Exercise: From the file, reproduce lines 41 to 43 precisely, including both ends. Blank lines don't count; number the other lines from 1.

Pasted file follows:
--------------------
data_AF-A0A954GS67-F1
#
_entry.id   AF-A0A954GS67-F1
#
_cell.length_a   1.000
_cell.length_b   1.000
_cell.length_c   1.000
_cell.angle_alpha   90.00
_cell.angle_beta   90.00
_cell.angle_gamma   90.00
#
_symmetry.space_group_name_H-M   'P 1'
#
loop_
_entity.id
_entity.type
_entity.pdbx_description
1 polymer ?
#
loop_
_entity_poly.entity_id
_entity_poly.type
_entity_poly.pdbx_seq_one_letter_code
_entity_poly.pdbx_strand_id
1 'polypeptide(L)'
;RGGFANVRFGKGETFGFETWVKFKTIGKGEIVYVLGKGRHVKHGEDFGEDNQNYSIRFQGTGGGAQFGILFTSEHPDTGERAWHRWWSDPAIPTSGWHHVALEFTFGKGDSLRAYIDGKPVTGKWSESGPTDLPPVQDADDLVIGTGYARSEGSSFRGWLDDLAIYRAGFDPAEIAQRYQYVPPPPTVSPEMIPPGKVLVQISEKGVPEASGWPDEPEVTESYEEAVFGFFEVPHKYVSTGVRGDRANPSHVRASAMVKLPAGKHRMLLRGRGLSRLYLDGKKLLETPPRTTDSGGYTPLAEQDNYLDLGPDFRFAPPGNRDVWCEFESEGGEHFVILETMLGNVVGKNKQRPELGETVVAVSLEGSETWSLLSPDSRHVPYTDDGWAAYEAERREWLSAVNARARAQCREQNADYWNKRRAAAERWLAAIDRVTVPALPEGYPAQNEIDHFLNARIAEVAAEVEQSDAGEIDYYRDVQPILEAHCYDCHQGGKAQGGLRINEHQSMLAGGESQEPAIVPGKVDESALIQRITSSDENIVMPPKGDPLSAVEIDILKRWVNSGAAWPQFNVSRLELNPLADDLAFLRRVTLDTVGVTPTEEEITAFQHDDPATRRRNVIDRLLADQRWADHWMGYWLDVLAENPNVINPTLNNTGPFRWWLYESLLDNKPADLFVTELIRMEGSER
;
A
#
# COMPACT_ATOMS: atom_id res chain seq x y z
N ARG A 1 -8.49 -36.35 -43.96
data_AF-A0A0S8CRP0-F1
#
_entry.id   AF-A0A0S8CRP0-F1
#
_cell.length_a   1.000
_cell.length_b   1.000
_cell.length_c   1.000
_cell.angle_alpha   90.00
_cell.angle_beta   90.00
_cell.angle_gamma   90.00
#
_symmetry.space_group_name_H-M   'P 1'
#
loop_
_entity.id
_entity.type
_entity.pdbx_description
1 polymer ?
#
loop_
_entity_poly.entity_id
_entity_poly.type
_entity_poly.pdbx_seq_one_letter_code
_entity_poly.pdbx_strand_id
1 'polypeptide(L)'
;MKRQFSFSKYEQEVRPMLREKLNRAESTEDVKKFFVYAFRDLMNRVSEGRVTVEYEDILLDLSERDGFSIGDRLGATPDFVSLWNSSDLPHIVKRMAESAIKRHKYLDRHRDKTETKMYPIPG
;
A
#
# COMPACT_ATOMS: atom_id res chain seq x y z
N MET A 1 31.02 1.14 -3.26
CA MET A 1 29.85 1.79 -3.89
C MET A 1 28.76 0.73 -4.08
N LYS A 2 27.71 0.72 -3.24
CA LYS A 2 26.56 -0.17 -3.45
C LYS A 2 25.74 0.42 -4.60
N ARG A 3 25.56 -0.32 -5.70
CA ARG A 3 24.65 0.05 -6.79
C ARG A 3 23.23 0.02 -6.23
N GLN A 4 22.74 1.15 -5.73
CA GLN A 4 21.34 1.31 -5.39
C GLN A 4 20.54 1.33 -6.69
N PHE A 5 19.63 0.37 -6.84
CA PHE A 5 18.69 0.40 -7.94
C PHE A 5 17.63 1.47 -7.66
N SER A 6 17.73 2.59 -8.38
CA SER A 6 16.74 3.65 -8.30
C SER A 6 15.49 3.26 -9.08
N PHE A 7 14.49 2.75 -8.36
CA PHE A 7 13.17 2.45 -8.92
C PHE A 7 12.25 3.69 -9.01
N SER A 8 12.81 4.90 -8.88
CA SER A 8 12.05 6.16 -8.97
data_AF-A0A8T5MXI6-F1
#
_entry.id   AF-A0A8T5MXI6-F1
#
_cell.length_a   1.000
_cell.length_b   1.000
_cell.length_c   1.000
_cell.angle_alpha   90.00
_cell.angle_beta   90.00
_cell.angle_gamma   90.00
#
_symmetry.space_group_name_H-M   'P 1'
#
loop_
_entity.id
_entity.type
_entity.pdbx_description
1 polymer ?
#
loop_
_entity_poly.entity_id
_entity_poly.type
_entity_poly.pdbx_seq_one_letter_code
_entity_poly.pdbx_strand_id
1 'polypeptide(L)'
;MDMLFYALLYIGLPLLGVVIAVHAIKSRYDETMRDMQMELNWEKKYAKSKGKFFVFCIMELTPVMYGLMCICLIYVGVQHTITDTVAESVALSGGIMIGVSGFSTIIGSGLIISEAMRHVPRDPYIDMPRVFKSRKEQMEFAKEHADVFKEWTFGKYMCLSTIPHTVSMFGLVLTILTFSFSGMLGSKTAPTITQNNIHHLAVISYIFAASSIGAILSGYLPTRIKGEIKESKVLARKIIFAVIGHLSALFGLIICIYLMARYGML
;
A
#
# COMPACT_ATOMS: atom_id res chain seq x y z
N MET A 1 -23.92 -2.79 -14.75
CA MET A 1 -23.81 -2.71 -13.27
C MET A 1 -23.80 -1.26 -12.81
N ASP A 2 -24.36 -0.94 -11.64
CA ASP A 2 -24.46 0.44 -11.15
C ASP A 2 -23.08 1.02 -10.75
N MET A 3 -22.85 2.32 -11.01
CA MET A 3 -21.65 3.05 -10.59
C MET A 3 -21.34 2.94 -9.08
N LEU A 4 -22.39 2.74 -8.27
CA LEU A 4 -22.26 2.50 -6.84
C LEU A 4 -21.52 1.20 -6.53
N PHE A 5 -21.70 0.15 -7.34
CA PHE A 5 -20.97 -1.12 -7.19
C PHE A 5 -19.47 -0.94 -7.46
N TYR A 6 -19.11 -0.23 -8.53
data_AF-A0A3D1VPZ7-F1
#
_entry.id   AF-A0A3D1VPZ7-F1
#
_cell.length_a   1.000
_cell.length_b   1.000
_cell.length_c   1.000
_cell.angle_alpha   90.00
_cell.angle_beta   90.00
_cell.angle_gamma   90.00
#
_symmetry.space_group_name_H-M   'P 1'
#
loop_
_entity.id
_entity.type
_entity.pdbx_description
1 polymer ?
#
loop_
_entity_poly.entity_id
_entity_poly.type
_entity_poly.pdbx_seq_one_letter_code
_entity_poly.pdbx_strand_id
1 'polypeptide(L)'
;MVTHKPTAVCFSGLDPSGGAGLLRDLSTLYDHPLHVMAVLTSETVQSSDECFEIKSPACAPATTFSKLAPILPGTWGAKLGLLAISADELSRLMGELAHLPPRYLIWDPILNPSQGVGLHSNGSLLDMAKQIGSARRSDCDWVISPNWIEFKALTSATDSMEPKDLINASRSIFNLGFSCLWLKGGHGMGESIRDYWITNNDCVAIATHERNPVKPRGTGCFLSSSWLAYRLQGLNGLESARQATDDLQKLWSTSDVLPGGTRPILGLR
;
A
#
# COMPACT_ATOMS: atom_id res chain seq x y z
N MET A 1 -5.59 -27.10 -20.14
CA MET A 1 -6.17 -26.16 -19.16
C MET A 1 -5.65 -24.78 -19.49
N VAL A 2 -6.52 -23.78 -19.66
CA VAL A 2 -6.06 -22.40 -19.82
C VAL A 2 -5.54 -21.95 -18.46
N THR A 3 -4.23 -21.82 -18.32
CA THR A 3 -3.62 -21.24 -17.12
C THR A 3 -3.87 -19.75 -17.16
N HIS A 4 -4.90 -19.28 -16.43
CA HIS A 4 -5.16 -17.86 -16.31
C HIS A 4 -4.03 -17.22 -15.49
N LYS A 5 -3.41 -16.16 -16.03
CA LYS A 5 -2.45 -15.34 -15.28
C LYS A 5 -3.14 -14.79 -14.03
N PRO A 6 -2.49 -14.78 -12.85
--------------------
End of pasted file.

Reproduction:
_cell.angle_gamma   90.00
#
_symmetry.space_group_name_H-M   'P 1'